COURTESY LOIS TEMAFrom left

“Die Mommie Die!’ sparkles with campy fun

Hot on the high heels of Charles Busch’s recent San Francisco cabaret engagement comes a production of his “Die Mommie Die!” at New Conservatory Theatre Center that is guaranteed to fill your quota for camp comedy consumption.

Standing regally tall in the stilettos of the central role Busch originated is J. Conrad Frank, frequently seen around town as Countess Katya Smirnoff-Skyy. They are kindred souls.

In this and other roles, Frank is a demonstrated master – or is that mistress? – of the concept of the male actress. His is no lip-synching, gender abusing drag parody. He brings to life a true, full-blooded stage diva and while there’s a lot of winking playing with the audience – both literal and figurative – it is done with a totally straight face. The jokes are in the script, not in the fact that a man is playing the female lead.

The heightened style that flows so effortlessly from Frank as 1960s-pop-singer-on-the-comeback-trail Angela Arden is pretty well matched by the rest of the company thanks to director F. Allen Sawyer. Joe Wicht chews an extra helping of scenery as Angela’s self-delusional, perpetually constipated B-movie producer husband, Sol.

Not surprisingly, it’s a family where the kids are definitely and delightfully not all right. After a little warm up, Ali Haas hits a series of creepily inappropriate poses as obsessed “daddy’s girl” Edith, who never missed a chance to dis mama Angela. On the flip side is Devin S. O’Brien as Lance, the delicate, disturbed – possibly from Angela’s prescription drug use while pregnant – son, who gets bounced from college for seducing the male math department faculty en masse while preparing to play Ado Annie in “Oklahoma.”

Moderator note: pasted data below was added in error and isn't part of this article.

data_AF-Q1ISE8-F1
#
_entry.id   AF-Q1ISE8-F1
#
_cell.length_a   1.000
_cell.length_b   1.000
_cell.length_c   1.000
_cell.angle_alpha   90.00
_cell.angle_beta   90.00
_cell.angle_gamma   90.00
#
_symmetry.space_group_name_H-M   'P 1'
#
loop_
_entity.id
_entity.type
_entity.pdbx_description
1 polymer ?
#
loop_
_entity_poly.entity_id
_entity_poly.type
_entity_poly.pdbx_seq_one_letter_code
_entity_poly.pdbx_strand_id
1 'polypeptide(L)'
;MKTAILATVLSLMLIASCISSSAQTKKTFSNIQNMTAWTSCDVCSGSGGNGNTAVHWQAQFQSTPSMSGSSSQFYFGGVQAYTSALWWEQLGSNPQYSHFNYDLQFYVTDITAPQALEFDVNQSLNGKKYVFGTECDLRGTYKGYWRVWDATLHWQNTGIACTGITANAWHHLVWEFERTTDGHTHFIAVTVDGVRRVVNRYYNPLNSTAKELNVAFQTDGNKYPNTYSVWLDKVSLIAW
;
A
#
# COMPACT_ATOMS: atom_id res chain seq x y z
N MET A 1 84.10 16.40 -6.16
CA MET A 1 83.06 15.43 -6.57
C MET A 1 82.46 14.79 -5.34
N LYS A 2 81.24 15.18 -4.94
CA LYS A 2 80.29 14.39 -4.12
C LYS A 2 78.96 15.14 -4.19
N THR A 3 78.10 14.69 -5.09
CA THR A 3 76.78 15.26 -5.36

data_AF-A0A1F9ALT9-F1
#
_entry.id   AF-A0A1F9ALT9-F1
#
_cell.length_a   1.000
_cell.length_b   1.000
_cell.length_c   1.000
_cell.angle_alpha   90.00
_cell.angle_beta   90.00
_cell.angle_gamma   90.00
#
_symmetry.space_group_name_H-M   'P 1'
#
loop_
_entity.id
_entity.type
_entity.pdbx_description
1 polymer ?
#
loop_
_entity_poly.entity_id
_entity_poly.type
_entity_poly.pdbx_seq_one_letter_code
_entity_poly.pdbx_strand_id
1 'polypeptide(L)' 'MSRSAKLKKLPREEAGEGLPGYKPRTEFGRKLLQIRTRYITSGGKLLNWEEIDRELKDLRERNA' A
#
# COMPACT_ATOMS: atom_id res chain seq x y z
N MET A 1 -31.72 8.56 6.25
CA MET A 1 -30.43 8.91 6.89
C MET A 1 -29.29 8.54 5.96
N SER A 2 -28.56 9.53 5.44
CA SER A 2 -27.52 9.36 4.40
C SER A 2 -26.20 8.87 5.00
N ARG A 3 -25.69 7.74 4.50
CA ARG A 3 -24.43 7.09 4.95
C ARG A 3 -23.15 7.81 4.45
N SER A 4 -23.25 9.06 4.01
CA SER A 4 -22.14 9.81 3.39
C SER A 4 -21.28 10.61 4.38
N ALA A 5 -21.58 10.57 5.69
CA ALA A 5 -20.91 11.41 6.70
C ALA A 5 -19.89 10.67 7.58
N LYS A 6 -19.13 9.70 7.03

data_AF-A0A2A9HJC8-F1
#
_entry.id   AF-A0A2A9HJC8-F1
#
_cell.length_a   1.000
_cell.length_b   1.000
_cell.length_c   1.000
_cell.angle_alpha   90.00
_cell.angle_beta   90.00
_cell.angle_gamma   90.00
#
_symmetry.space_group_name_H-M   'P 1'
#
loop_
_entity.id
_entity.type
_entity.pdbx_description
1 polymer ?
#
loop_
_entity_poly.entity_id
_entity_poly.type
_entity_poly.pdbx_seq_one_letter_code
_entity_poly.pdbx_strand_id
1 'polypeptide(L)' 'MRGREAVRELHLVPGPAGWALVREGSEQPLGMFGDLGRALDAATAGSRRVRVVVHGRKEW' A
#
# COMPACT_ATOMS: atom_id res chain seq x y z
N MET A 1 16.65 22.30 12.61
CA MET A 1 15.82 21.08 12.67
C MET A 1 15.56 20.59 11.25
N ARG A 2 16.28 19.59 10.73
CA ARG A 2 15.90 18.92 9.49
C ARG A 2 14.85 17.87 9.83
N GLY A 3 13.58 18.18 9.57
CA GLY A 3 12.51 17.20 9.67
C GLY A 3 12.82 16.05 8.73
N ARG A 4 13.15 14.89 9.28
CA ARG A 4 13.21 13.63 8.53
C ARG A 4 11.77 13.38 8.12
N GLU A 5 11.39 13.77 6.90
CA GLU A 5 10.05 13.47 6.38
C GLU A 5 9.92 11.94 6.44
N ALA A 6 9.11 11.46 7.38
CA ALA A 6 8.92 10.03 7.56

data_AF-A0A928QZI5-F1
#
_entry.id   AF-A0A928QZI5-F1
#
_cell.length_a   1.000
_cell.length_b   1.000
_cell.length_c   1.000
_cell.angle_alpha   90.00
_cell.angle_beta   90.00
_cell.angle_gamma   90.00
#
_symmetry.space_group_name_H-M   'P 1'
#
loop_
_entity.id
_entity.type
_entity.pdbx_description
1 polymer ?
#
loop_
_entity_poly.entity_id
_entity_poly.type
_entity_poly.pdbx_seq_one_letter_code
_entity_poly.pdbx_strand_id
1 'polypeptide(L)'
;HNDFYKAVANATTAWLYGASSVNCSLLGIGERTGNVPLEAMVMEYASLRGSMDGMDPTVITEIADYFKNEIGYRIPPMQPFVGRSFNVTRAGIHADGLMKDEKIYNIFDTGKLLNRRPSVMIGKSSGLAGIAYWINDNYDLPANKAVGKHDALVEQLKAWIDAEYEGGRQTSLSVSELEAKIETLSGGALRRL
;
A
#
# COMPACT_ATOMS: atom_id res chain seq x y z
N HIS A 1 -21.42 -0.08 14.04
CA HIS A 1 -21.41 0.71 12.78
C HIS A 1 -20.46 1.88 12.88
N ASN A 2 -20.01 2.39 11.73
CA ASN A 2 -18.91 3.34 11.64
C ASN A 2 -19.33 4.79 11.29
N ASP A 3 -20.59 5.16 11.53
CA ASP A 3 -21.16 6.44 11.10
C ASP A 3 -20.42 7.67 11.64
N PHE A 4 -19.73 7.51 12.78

No wonder Angela takes a lover in tennis pro Tony Parker, smarmily played by Justin Liszanckie. All the while she must avoid the watchful eye of her maid Bootsie, a religious on the outside, lusting (for Sol) on the inside Thelma Ritter archtype as essayed by Marie O’Donnell, who delivers one of the funniest death scenes of recent memory.

It’s clear that Sawyer totally gets Busch the playwright, and that he relished creating just the right combination of high drama and name-dropping kitsch that make films like “Where Love Has Gone” and “Die! Die! My Darling” such deliciously guilty pleasures.

Props in every sense also go to Amy Crumpacker’s period-perfect styling, Kuo-Hao Lo’s jaw-droppingly wonderful set, perfectly cued lighting effects by Christian V. Mejia and company costumes by Jorge R. Hernandez.

If you still need convincing that this “Mommie” is the dearest, just consider the credit “Mr. Frank’s Gowns by Mr. David” and imagine the possibilities. They are bountiful!

REVIEW

Die Mommie Die!

Where: New Conservatory Theatre Center, 25 South Van Ness Ave., S.F.

When: 8 p.m. Wednesdays-Saturdays, 2 p.m. Sundays; closes Nov. 2

Tickets: $25 to $45

Contact: (415) 861-8972, www.nctcsf.org

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